NIGEL THOMAS, colour plates by STEPHEN ANDREW
GERMAN ARMY 1939-1945. BLITZKRIEG
The 198th Division staff dispatch rider wears the M1934 motorcylists' rubberised coat. He carries one set of ammunition pouches for his Karabiner 98k, the M1935 dispatch case and leather gauntlets. 'Square-lens' protective goggles are on his helmet. This division, raised in Bohemia-Moravia, occupied Denmark, taking the Danish flag as its vehicle-sign, before fighting in France.
This Medical Corps orderly, assigned to a company of 163rd Infantry Division in Norway, wears the M1934 field cap and M1935 field greatcoat. He carries medical pouches on his belt, the gas mask slung on his back, and the larger, one litre, medical corps canteen at the front of his left hip. He wears the red-cross armband on his left upper sleeve and the medical qualification badge on his right cuff. He is holding a field dressing.
France, May 1940. An infantry Oberst in M1935 field uniform. The 'saddle-shape' of his M1935 officer's peaked cap is particularly noticeable. The distinctive officers' collar-patches, unlike those of other ranks, retained the branch colour piping throughout the Second World War. This officer is wearing the Knight's Cross, and his regimental number is concealed by a feldgrau slip-on shoulder strap. (Brian Davis Collection)
This officer in 3rd Mountain Division in Poland and Norway, wears platoon leader's field equipment over his M1925 wind-jacket, with first model ammunition-pouches for his MP38 submachine gun, shown here with the stock folded. Against regulations, he retains his officers' brown belt, and carries a M1931 model rucksack, later superseded by a more utilitarian wartime model. Note the helmet's national shield, worn in the Danish and Norwegian campaigns despite orders on 21 March 1940 to remove it, and the distinctive 'T' form eagle and cockade worn on the mountain cap.
This Bicycle Squadron officer wears regulation platoon leader's field equipment, with the prescribed other ranks' black belt, with one MP38 ammunition-pouch and a M1935 dispatch-case. He wears the cavalry golden-yellow branch colour and the Gothic A for Aufklärung - 'reconnaissance' on his field shoulder-boards. His battalion invaded the Netherlands in May 1940 with 254 Infantry Division.
As Second Gunner, this infantryman wears one set of ammunition pouches for his Karabiner 98k and, for close combat, a P08 Luger pistol. He carries two 300-round ammunition boxes and an M34 single-barrel case on his back - LMG34 barrels were normally changed after 250 rounds of full automatic fire. This regiment fought in Poland, Belgium and France with 28 Infantry Division.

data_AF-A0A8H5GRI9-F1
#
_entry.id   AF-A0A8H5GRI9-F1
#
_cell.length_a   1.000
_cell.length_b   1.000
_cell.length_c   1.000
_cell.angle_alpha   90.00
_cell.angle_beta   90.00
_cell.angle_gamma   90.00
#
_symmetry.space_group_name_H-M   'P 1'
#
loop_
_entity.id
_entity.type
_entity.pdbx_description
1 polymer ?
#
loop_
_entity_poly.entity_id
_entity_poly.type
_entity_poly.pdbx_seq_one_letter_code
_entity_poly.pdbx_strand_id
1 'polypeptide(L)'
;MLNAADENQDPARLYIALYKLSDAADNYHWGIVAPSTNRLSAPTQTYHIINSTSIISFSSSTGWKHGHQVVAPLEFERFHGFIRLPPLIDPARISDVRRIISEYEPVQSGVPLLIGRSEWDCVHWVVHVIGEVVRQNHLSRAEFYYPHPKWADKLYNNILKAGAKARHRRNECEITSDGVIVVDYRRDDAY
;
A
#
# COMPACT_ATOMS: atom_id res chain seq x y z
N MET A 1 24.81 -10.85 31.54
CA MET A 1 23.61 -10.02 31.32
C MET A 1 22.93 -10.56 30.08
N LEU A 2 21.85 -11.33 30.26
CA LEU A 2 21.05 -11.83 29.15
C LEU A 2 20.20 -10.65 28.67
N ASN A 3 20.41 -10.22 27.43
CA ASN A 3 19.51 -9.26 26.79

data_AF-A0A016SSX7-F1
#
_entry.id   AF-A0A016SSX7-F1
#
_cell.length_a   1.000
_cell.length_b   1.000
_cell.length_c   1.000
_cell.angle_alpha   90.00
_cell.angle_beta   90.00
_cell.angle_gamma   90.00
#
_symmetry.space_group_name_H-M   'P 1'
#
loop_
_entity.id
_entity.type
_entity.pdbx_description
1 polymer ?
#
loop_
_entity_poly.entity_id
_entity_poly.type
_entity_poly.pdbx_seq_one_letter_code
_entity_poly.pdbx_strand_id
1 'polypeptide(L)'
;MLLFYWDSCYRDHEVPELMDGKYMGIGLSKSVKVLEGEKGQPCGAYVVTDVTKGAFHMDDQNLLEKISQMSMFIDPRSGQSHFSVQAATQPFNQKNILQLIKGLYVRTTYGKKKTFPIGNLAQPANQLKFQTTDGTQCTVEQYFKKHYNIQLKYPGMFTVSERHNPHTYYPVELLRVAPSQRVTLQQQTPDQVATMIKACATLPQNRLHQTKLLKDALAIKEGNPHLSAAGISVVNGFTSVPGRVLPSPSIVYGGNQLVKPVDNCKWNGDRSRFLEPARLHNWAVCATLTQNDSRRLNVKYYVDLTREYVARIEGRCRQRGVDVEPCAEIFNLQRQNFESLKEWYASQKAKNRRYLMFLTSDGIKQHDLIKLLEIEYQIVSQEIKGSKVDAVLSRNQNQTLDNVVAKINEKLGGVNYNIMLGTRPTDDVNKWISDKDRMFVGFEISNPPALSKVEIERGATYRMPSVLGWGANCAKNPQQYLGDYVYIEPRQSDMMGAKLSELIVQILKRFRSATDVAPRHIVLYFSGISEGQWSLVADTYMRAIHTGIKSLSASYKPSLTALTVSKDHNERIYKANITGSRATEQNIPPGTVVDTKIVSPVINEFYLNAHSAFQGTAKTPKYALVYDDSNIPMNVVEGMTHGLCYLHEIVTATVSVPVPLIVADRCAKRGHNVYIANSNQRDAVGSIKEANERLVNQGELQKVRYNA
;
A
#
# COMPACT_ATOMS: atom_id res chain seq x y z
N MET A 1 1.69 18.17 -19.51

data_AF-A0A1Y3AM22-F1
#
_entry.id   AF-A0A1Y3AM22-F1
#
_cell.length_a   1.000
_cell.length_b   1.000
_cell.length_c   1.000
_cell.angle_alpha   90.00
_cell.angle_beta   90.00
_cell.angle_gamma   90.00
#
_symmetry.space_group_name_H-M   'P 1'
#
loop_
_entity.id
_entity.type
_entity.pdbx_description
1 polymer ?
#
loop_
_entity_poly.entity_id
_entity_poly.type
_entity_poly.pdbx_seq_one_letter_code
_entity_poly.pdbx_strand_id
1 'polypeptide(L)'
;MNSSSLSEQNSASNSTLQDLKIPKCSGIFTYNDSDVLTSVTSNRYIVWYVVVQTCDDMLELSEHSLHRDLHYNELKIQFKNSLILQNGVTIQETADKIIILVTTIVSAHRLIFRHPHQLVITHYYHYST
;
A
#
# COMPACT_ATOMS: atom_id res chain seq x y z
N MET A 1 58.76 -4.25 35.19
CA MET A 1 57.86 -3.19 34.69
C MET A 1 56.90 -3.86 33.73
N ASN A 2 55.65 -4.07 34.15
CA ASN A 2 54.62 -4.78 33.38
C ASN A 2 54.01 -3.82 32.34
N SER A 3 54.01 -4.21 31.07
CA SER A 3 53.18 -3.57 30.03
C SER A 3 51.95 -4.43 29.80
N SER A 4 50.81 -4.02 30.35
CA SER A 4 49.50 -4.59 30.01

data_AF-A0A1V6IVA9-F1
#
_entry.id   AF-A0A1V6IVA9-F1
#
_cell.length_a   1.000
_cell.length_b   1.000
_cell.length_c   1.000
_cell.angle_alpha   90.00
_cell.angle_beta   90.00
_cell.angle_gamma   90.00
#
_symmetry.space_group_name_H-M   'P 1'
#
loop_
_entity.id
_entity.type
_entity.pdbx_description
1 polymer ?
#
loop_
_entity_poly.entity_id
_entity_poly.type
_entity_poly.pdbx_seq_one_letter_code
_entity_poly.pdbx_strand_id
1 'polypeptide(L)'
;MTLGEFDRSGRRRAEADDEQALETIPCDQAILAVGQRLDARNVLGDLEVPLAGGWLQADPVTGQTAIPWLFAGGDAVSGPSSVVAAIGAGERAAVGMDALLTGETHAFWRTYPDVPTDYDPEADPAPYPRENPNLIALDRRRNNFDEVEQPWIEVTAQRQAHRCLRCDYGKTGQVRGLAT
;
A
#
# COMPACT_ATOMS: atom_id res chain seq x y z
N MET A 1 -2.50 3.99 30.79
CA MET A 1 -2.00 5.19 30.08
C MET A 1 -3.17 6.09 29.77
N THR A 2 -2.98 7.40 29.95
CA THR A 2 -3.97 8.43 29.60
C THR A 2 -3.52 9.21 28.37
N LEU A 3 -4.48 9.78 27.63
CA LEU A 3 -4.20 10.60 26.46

This assault boat engineer has camouflaged his helmet with mud and wears simplified field equipment - an M1928 leather ammunition-pouch for his MP28/II Schmeisser submachine gun, a gas mask canister, bayonet and entrenching-tool. He wears the Helmsman's qualification-badge in the aluminium machine-embroidered version introduced 7 November 1935, and, against regulations in a forward area, feldgrau slip-on unit shoulder-slides. He carries an assault-boat paddle and M1924 stick-grenades. His battalion fought with the 30 Infantry Division in Poland, Belgium and France.
A Hauptmann in M1935 full ceremonial uniform poses with his bride on his wedding day in July 1940. He wears the Iron Cross 1st and 2nd Class, Wehrmacht long-service medals and 'Flower Wars' campaign medals, as well as the General Assault Badge. (Brian Davis Collection)
This battalion commander wears the M1935 tank crew uniform and M1938 officers' feldgrau field cap, his feldgrau slip-on shoulder straps concealing his regimental number but not his rank. He carries the P08 Luger pistol in a hardshell holster, and 10 × 50 'short design' binoculars. His awards are the aluminium Tank Combat Badge on his left breast, and the 1939 Iron Cross 2nd Class ribbon from his first button-hole. He carries a tank-commander's headset with rubber earcups. His regiment fought in Belgium and France with 7 Panzerdivision. F2: Panzerschütze, Panzeraufklärungsabteilung 5, field uniform, Aisne, France, May 1940 AFV-crews often wore their feldgrau field greatcoats to protect their black uniforms from dirt and grease, even though black was intended to disguise such soiling. This armoured-car driver wears the unpopular padded beret, a Walther P38 pistol in a hardshell holster and general purpose goggles. This battalion fought in Poland, Luxembourg and France with 2 Panzerdivision.